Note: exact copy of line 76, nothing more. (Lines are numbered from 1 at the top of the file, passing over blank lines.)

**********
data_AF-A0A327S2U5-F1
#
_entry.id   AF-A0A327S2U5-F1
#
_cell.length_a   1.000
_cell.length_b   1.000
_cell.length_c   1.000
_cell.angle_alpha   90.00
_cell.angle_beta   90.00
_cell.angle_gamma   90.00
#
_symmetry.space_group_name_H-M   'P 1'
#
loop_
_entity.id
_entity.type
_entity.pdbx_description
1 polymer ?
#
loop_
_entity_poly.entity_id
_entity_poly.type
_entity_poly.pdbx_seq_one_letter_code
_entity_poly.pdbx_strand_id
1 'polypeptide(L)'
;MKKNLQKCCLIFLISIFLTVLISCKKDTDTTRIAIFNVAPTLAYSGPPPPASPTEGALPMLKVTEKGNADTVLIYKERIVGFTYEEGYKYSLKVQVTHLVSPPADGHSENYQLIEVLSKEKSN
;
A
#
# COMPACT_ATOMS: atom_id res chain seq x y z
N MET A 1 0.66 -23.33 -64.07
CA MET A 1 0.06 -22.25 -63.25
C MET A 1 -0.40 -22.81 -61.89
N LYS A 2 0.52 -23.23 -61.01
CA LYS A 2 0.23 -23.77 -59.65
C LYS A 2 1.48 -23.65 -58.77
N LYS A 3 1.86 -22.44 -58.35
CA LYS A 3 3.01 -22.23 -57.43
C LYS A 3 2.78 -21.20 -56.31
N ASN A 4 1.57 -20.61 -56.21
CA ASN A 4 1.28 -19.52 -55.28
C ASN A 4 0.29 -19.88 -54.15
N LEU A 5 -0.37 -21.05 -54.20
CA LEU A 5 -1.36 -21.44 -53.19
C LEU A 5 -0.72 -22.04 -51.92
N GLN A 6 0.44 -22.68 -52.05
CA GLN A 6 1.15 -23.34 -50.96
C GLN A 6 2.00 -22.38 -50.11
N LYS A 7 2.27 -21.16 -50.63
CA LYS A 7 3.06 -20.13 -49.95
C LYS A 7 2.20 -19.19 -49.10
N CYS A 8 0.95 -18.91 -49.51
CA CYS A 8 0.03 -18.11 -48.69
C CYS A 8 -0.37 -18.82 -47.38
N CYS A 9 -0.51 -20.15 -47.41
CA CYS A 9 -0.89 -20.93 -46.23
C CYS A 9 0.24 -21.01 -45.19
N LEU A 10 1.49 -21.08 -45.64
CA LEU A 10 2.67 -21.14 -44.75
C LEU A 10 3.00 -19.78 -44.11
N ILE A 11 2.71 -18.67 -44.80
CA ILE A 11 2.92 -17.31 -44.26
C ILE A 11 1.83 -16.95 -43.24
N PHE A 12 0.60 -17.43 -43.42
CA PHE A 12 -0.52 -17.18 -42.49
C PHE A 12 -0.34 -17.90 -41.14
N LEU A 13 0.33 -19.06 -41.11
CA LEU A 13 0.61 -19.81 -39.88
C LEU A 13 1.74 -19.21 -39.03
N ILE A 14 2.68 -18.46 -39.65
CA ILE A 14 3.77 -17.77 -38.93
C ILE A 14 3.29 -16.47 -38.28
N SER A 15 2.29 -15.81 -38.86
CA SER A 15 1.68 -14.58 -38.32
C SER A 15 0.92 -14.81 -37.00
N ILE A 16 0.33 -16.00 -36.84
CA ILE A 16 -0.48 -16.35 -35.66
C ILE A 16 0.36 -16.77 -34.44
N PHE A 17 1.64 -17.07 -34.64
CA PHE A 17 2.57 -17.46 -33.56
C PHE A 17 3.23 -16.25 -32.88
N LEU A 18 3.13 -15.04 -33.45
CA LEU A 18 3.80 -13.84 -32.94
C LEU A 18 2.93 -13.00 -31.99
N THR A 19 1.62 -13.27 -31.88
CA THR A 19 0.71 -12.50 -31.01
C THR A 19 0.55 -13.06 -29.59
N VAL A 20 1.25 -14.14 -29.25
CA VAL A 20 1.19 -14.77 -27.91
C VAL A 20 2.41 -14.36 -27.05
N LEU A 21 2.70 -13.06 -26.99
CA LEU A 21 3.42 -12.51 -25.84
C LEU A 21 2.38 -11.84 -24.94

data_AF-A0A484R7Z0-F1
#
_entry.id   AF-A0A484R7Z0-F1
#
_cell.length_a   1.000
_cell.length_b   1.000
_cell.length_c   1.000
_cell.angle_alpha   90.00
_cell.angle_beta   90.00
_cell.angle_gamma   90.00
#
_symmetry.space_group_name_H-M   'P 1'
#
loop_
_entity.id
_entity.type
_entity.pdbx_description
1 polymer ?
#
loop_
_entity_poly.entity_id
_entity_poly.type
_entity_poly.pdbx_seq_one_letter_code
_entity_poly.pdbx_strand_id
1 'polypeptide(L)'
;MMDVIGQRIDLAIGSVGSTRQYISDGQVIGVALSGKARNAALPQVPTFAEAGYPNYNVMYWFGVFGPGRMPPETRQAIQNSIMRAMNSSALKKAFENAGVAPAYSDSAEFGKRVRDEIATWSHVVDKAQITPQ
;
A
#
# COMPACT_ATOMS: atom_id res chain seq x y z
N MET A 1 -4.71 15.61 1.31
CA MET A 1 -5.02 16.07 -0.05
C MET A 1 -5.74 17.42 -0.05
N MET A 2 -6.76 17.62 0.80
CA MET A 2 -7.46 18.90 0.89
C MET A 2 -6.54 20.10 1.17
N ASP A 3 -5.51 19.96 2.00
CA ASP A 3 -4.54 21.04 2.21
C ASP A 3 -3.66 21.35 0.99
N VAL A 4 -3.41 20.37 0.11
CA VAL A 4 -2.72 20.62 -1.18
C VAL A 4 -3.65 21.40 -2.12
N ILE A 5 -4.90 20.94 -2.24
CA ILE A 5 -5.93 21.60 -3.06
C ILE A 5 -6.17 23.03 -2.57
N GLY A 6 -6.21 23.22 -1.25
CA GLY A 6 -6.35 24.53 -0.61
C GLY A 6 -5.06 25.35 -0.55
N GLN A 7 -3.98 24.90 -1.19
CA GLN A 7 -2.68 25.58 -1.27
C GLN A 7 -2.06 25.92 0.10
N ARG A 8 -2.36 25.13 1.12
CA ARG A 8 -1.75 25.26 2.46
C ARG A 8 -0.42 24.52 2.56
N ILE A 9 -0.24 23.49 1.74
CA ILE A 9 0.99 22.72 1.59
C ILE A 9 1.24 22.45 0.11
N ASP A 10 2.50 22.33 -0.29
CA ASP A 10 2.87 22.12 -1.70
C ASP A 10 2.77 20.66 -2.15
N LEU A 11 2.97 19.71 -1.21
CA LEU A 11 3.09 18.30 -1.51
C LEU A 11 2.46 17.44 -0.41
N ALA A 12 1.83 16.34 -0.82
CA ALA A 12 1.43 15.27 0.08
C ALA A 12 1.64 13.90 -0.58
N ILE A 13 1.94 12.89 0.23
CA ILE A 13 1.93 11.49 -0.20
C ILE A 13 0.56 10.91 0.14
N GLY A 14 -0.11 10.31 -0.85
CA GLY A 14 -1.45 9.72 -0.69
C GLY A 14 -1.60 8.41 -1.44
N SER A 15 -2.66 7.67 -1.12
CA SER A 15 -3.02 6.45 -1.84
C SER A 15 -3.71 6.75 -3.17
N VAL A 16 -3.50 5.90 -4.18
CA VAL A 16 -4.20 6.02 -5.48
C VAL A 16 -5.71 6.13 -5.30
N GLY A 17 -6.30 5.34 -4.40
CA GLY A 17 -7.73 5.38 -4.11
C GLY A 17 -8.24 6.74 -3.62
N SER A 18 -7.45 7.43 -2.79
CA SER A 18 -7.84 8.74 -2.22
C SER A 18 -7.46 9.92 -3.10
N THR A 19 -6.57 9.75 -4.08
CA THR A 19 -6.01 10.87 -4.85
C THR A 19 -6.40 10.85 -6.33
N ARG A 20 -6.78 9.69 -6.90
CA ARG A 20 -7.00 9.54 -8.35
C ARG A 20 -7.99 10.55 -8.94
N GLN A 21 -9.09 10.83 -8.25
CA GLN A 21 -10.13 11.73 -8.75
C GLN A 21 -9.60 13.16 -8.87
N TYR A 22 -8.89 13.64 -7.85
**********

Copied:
N ILE A 16 0.33 -16.00 -36.84